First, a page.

Can I also say just how crappy Shadow of Mordor looks, especially for a release of this stature. I love that it’s set in Mordor, at the Black Gate and Nurn, because they’re locations we really just don’t see very often, but it’s unfortunate that the game opts for such a grimy, bland look for both of them. There’s nothing in the way of interesting locales or landmarks (hell, we even blow one of the few actually visually interesting bits of the first overworld up, reducing it to slag and slurry), and in general there’s not much to see. This also extends to the character models, many of which look like they belong in the previous gen. Notably this also includes our hero Talion, whose flat face wouldn’t be out of place on an Assassin’s Creed NPC. The real care was saved for the Uruk captains and warchiefs, who look fantastic, with lots of facial deformities and bumps and unique bits of gear and armour.
Aside from looking like a middle-shelf PS3 title, it also offers little in the way of exciting gameplay. Sure, messing about with the Nemesis system is fun, but once you get right down to it, many of the core mechanics were lifted from games which use them a bit more competently, quite frankly. Talion leaps and bounds around like he’s an Assassin’s Creed protagonist, but it’s a one button system. There’s no strategy or thought to the climbing; you just hold the run button and Talion more or less will scale up and down everything in a single unbroken run; even the apparently required viewpoint towers you need to climb are absolutely identical. The combat is also copied from a better game, namely the Batman: Arkham series, so it’s the same attacking and counter-attacking stuff as every major action game contemporary with Arkham. Shadow of Mordor even goes so far as to copy the special commands from those games, with instant kill attacks and special area attacks available once your combo streak is high enough.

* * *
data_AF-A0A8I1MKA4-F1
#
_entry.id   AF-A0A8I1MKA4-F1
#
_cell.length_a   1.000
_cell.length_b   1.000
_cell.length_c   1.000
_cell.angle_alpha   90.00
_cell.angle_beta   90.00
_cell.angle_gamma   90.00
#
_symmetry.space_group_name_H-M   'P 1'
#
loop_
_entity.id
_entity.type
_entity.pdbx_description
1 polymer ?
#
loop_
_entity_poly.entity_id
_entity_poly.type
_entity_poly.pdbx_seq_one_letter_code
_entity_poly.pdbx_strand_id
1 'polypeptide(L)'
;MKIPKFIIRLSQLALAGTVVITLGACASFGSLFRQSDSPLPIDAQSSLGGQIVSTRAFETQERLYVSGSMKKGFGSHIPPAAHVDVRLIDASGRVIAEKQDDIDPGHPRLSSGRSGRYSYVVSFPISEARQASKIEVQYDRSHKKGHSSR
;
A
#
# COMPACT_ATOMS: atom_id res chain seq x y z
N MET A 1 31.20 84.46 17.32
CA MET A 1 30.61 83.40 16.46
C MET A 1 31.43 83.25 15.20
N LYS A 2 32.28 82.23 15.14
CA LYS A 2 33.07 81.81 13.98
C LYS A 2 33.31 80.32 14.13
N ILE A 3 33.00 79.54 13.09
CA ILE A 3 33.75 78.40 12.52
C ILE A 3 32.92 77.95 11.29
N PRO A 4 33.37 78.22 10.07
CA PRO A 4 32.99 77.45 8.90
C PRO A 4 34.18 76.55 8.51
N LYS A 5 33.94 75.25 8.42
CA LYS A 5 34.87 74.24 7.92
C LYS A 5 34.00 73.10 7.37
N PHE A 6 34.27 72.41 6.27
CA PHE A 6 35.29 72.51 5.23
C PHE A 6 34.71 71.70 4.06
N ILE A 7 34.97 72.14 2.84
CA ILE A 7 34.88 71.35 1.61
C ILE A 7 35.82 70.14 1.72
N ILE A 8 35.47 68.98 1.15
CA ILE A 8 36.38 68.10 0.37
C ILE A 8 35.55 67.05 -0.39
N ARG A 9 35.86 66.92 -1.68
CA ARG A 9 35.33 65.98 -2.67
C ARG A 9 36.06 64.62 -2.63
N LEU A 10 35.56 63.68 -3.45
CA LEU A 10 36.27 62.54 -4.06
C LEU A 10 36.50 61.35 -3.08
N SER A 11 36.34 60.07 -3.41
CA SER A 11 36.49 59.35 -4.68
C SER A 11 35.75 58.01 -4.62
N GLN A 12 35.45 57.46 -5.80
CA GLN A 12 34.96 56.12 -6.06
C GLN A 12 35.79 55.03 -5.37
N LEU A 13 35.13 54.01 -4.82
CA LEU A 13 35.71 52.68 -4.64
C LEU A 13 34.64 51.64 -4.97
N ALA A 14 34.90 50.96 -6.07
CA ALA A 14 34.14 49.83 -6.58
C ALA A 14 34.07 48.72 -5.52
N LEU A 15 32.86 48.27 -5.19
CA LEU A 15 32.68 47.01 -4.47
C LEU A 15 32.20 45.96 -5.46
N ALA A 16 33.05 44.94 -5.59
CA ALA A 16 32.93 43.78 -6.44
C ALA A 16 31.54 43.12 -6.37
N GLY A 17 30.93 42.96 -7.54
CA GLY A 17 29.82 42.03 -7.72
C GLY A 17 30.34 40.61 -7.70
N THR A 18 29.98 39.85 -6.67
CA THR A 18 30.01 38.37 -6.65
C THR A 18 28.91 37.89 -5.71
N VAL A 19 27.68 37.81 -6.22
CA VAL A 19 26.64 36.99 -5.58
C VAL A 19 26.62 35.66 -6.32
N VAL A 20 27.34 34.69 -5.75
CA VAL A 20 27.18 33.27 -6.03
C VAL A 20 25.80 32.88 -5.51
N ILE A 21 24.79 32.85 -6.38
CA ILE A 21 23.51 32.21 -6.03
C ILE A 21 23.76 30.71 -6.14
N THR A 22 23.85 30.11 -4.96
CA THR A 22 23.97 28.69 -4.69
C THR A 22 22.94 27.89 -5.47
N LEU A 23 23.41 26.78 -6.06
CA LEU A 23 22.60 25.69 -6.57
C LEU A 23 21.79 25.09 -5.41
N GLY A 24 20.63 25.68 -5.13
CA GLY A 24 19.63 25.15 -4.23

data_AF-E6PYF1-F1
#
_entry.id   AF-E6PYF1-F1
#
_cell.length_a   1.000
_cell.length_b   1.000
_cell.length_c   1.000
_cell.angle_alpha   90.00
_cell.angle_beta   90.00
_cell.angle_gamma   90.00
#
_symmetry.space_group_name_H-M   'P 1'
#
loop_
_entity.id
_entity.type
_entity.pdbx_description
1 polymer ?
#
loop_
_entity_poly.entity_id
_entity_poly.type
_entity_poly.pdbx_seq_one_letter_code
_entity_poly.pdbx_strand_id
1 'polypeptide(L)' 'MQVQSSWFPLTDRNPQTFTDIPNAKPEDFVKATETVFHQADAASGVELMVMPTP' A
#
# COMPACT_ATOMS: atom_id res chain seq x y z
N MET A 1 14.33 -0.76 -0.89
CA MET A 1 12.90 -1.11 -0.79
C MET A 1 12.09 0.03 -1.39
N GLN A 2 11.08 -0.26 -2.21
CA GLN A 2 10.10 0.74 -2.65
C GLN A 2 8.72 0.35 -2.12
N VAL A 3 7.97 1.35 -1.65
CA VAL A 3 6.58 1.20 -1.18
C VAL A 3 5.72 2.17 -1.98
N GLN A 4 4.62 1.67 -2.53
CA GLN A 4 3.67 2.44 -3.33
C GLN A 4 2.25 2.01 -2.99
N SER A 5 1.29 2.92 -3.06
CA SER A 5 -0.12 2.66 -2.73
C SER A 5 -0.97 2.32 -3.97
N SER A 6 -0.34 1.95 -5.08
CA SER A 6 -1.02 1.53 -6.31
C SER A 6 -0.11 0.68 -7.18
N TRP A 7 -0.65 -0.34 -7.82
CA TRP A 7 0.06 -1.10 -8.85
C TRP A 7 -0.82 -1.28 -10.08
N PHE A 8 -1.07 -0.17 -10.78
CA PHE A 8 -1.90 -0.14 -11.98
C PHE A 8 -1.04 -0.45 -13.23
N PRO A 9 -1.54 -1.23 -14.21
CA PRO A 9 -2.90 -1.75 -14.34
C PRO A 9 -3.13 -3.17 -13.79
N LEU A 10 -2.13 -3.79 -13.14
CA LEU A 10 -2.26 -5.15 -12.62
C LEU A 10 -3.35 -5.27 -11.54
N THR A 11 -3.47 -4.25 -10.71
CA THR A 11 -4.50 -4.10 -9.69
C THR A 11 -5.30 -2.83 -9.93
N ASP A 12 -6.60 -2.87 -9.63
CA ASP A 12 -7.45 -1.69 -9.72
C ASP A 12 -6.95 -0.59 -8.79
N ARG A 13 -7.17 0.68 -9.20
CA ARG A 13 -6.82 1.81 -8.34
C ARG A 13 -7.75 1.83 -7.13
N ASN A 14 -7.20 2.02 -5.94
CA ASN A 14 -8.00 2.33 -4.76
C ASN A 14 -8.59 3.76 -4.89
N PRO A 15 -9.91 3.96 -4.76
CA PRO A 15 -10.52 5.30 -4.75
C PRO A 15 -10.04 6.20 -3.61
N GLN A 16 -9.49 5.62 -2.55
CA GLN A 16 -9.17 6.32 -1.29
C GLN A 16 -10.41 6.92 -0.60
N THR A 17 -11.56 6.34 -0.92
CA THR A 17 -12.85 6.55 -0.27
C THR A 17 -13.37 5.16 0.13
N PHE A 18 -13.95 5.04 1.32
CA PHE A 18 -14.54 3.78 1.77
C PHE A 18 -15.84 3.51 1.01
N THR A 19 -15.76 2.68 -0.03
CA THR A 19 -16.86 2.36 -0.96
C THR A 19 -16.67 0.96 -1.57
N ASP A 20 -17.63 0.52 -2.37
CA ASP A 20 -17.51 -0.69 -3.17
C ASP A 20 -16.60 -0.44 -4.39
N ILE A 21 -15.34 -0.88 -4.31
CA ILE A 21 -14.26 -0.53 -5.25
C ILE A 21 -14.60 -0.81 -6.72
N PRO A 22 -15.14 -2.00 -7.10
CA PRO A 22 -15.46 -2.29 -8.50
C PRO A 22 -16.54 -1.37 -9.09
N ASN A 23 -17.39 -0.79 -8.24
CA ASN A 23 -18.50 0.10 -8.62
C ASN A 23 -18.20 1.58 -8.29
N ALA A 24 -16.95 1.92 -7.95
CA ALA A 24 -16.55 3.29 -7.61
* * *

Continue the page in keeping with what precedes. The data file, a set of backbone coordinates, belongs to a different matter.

I mentioned right up top that I played this game originally on PS3, but Shadow of Mordor was definitely released as a next-gen title at the time. In 2014 I still only had the older consoles, and I was naive enough to think that a game releasing on both current and older consoles meant it must work on them both. Not so; in fact the older gen versions of Shadow of Mordor are truly abhorrent, an unplayable mess of jagged, barely loaded textures, huge framerate drops into single-digits, wildly desynced audio, and up to 10-15 second waits to load the map or Nemesis screens. The previous generation releases were a move of the purest greed on the part of Warner Bros.
Shadow of Mordor certainly has more than its fair share of fans, and I do understand why. The setting, the Nemesis system, and the simple fact that it is a competent game set in the legendarium and clearly drawing in some ways from the imagery of the Jackson films are all easy points to score. However, I might be going against the grain here, but I honestly think it offers very little beyond its exciting core mechanic. Sometimes that’s enough, and that’s fair; it would be easy for some to argue that underneath, Shadow of Mordor’s platforming and combat are all still well-built systems which have worked for plenty of other major releases as well, but they mostly just left me cold. It feels a little lifeless to me, personally. I don’t especially enjoy the “grittying-up” of Tolkien, and particularly because here it’s done in so lacklustre a way; Talion’s grunts and grumbles don’t make him an endearing character, and the attempts to push into wider legendarium lore are clumsy and often needlessly grim. Once the game lost me on the story and I realised I was only playing for the Nemesis system, my interest dwindled rapidly. As the endgame rolled along, I was struck with a strong sense of ennui, that after the disastrous first time I played it on PS3 I’d spent multiple attempts on trying to give Shadow of Mordor it’s fair due but in the end it’s just another largely soulless AAA action-adventure that fails to include anything terribly worthwhile in its content.
3/7 – MEDIOCRE.
A game that makes you go, “Well, it’s alright…” but it’s a kind of drawn-out, unsure, and reluctant decision? These are those games. Might just be worth playing if you can get it on the cheap.